Low-dose naltrexone (LDN) Is an FDA-approved drug, usually used to treat drug and alcohol addiction. It has been found to be highly beneficial in boosting the immune system when used in very small doses, usually 3 to 4.5 mg. It works by raising the endorphin levels produced in the brain and adrenal glands. These are natural peptides that are powerful regulators of the immune system and has been shown to increases the body’s natural defenses.
LDN is taken once daily at night when the rhythms of the body’s production of master hormones are at their peak. Taken at bedtime, LDN attaches to opioid receptors in the brain and signals your body to increase endorphin production. The increased endorphins help produce stem cells, macrophages, natural killer cells, T and B cells and other immune cells. LDN also prevents immune system hyperactivity that creates autoimmune disorders. It also reduces the release of inflammatory and neurotoxic chemicals in the brain. LDN produces a prolonged regulation of vital elements of the immune system by causing an increase in enkephalin (peptides related to the endorphins) production.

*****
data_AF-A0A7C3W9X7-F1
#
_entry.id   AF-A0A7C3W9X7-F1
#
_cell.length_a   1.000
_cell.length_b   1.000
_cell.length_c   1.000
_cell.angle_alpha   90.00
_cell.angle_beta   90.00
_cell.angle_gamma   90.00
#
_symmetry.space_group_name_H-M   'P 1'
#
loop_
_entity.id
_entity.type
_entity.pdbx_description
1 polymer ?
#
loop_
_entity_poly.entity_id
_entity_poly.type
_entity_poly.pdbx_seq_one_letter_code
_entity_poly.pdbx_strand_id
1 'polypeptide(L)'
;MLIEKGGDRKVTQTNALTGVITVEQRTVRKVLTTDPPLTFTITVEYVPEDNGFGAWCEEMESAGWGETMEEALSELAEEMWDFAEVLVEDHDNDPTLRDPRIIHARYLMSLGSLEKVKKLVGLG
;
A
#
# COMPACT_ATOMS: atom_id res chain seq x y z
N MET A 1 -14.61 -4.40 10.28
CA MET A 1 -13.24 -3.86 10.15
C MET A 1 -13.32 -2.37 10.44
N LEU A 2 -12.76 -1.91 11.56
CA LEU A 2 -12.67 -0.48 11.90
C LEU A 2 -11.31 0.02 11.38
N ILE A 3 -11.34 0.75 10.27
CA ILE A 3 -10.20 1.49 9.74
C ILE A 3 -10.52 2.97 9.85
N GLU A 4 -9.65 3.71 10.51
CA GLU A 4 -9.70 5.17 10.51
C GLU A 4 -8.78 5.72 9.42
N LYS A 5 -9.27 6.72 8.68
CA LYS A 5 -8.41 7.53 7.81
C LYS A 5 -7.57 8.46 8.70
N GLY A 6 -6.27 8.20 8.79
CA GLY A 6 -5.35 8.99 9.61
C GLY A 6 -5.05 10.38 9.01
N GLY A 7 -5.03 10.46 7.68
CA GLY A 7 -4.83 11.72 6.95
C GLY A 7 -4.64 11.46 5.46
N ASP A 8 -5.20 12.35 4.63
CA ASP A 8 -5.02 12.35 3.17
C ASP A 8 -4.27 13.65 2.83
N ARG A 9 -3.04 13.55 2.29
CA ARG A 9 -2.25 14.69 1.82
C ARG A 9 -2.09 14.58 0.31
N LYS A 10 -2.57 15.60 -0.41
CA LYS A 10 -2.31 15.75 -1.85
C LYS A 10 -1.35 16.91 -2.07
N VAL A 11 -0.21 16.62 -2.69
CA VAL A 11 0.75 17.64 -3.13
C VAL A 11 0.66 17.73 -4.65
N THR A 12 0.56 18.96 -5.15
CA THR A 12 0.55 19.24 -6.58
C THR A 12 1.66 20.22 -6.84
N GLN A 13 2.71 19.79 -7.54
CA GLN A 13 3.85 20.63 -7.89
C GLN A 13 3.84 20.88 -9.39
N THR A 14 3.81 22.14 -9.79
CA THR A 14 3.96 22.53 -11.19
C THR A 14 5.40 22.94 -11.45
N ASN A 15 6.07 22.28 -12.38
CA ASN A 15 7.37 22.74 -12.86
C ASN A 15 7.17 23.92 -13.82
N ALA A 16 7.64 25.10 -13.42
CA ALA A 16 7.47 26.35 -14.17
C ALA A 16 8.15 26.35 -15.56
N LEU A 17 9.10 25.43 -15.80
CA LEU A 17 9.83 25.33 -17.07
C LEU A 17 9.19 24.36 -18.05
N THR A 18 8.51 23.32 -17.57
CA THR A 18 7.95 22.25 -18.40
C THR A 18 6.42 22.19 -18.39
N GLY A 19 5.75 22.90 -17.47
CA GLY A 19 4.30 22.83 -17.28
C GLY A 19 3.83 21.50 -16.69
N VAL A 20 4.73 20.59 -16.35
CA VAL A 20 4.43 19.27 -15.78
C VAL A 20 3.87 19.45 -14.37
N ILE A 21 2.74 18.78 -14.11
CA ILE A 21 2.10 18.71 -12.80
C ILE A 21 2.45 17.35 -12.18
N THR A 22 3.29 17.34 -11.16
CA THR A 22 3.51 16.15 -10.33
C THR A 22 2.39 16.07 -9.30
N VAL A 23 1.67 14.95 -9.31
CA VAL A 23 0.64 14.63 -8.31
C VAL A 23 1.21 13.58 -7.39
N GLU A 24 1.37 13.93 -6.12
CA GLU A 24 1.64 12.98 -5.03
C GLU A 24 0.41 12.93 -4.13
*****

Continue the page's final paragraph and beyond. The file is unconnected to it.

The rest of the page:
LDN has virtually no side effects except for mild insomnia at the start of treatment with some patients and is available by prescription only from compounding pharmacies. LDN should be used only in unaltered form that allows you to receive the full dose quickly. Slow-release formulas should be avoided, as this does not support the therapeutic benefits.
LDN has been shown to help with many conditions, including the following:
- ALS (Lou Gehrig’s disease)
- Alzheimer’s disease
- Ankylosing spondylitis
- Celiac disease
- Chronic fatigue syndrome
- Crohn’s disease
- Diabetic neuropathies
- Hepatitis C
- Irritable bowel syndrome (IBS)
- Multiple sclerosis
- Parkinson’s disease
- Rheumatoid arthritis
- Ulcerative colitis
LDN corrects the endorphin and enkephalin deficiencies in the body, boosts the immune system and fights inflammation. You should only use LDN under a doctor’s supervision and get a health care provider who is already knowledgeable at using LDN as a form of treatment.